Food contains carbohydrates, fats, proteins and other micronutrients. Metabolism is the process by which your body breaks down these nutrients and uses them for energy, building blocks and protection. We can monitor metabolic reactions in your body via glucose and triglyceride values. An imbalance of these values ​​after a meal are risk factors for diabetes and cardiovascular diseases. It is therefore very important that you know how your body reacts to food to determine whether your diet is healthy for you. This week we will take a closer look at the influence of lifestyle-related diseases and the importance of keeping your glucose levels under control.

Lifestyle-related illnesses

Many chronic conditions, such as diabetes, cardiovascular disease or obesity, are caused by an unhealthy lifestyle. In the Netherlands alone, 35,000 people die every year from the consequences of smoking, too much alcohol, too little exercise and an unhealthy diet. The definition of and unhealthy diet changes between people since the reaction to food is personal.
We are getting older and in 2040 life expectancy will be 86 years. Unfortunately, the number of healthy years does not increase at the same rate due to lifestyle-related chronic conditions. For example, more than 15% of adult Dutch people are seriously overweight, and 50,000 new diabetes patients join them every year. These lifestyle-related disorders place enormous pressure on healthcare costs. At the moment 5-10% of healthcare expenditures are lifestyle related, but this will increase in the future as we age but not age healthy. Clear’s mission is to combat this rise in lifestyle diseases and to help millions of people worldwide age healthy.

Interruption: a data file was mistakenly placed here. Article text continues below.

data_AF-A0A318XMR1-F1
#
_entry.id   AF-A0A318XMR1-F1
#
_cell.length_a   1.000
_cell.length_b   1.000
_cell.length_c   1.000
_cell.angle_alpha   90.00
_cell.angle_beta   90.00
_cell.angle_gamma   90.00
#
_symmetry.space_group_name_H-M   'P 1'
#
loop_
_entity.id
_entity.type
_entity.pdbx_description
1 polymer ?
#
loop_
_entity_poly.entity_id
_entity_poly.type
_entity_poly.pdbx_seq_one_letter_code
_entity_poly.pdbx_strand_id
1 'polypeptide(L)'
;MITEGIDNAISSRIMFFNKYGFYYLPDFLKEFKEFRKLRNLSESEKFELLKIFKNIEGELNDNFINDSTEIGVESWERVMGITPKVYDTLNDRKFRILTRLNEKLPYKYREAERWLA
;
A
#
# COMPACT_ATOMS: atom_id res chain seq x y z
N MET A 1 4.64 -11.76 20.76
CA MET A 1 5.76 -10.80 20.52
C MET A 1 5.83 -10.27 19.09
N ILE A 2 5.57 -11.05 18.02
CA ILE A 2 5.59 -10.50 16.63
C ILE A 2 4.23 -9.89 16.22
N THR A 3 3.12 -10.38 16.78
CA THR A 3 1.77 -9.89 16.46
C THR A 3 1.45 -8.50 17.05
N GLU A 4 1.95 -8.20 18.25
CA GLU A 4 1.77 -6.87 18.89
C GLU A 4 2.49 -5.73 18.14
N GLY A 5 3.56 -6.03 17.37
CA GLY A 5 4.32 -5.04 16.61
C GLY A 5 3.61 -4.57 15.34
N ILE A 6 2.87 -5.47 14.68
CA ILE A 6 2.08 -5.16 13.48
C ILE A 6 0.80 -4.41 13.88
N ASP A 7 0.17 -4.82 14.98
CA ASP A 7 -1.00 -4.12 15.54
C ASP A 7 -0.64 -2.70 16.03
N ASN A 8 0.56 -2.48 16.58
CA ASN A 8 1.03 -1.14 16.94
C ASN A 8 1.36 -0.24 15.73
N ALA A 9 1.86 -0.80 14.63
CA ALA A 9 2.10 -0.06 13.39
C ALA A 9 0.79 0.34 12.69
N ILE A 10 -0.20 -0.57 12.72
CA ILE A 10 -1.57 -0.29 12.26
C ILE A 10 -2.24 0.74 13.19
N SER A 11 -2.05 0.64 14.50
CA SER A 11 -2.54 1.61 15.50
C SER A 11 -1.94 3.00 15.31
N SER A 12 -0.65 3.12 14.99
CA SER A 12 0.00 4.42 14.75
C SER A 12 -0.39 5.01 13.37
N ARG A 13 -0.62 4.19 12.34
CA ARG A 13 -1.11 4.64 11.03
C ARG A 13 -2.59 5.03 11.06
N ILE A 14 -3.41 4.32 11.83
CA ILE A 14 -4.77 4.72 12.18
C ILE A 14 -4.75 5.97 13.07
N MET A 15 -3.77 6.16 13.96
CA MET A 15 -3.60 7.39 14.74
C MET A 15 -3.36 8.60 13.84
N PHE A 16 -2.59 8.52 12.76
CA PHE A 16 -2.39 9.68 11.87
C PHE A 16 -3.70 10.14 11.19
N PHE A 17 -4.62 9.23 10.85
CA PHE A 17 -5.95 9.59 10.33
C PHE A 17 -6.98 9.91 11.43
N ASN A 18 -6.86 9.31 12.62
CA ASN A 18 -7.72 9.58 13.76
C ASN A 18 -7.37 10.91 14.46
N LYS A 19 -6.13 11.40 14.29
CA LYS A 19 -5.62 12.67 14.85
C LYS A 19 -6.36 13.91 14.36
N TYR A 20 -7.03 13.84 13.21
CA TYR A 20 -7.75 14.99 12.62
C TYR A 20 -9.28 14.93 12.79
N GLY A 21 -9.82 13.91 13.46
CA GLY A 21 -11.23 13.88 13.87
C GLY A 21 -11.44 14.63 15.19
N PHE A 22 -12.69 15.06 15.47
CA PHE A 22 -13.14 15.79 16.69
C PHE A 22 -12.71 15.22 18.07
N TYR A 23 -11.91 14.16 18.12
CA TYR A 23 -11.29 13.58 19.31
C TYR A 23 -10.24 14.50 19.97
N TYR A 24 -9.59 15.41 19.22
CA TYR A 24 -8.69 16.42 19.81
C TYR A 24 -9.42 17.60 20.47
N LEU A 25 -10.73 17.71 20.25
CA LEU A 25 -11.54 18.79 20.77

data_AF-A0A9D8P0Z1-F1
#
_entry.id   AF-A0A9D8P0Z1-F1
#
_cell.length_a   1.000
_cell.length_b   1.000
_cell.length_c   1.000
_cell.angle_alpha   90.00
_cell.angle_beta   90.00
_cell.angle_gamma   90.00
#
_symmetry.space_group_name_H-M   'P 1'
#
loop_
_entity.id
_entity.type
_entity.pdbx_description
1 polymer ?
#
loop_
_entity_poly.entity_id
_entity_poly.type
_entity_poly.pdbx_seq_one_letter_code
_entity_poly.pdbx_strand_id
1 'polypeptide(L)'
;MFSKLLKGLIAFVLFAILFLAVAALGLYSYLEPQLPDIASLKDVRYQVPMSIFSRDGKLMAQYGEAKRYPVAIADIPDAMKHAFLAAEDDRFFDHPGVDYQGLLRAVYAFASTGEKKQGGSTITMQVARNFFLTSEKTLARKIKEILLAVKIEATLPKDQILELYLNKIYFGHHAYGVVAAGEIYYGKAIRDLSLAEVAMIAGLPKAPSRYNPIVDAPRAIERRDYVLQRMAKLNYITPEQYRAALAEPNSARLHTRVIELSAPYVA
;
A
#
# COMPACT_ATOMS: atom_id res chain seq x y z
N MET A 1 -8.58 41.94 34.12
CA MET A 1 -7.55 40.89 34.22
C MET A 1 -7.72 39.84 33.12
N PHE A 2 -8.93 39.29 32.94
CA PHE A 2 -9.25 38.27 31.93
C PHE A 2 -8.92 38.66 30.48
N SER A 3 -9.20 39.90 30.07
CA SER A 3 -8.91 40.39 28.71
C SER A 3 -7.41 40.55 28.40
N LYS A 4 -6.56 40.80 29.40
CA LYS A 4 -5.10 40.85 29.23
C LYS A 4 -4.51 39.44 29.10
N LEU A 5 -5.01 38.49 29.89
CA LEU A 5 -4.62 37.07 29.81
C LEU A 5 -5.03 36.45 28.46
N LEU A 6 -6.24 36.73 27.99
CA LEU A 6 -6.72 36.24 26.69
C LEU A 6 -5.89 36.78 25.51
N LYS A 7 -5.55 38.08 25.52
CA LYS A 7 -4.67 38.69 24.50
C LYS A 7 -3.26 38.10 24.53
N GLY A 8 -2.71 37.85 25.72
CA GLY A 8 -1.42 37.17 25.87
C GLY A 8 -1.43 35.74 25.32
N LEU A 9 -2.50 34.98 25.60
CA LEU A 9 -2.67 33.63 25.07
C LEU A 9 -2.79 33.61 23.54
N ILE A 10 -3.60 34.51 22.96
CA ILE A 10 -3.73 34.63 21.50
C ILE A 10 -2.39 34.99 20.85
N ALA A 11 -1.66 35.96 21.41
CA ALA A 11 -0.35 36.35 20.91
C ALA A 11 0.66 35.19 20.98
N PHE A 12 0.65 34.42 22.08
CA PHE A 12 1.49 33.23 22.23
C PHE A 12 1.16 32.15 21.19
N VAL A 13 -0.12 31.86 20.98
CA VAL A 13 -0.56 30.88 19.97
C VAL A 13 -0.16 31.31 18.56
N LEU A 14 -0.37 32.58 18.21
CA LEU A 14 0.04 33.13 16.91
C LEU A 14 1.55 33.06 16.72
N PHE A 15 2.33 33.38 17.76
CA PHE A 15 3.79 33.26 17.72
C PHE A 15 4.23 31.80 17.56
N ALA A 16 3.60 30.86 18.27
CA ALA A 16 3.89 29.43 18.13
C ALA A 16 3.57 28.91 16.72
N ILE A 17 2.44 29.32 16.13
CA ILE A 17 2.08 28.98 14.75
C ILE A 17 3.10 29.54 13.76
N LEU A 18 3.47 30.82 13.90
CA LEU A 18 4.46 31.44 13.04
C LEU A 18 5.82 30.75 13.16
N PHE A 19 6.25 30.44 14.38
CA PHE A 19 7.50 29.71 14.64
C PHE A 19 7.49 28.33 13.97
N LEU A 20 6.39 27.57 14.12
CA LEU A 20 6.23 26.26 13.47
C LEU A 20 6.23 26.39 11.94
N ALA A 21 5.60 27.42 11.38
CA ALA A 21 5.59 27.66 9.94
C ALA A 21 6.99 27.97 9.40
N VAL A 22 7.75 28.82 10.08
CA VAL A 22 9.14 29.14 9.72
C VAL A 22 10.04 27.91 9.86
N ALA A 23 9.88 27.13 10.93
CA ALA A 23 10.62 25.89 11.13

Influence of glucose on these diseases

Much clinical research has been done on nutrition, metabolic processes and health, including measuring lipids, triglycerides, cholesterol, glucose and insulin in the blood before and after consuming a meal. An imbalance of fats, glucose or insulin are independent risk factors for cardiovascular disease. And increased glucose levels after eating increases the risk of pre-diabetes and type II diabetes. We all know that elevated blood pressure can increase the risk of lifestyle-related conditions. But did you know that this also applies to increased glucose levels to the same extent?

Better late than never

Due to the expected pressure on health care costs due to lifestyle-related disorders, there is an increasing focus on preventive care. This is exactly what Clear does because with our program you can discover which food is healthy for you and adjust your lifestyle in time to grow old in a healthy way. It may be, without knowing it yourself, that you are already at risk for pre-diabetes. Fortunately, with a healthy lifestyle and diet you can reduce or even reverse these risks.

In short, your glucose levels after eating food is an important predictor of whether you are at risk for diabetes, cardiovascular disease. We already explained in an earlier blog that everyone reacts differently to food. This means that there is no “one-size-fits-all” method to maintain your glucose levels. The only way to find out which food items put you in the danger zone is to measure. So don’t wait any longer and start right away!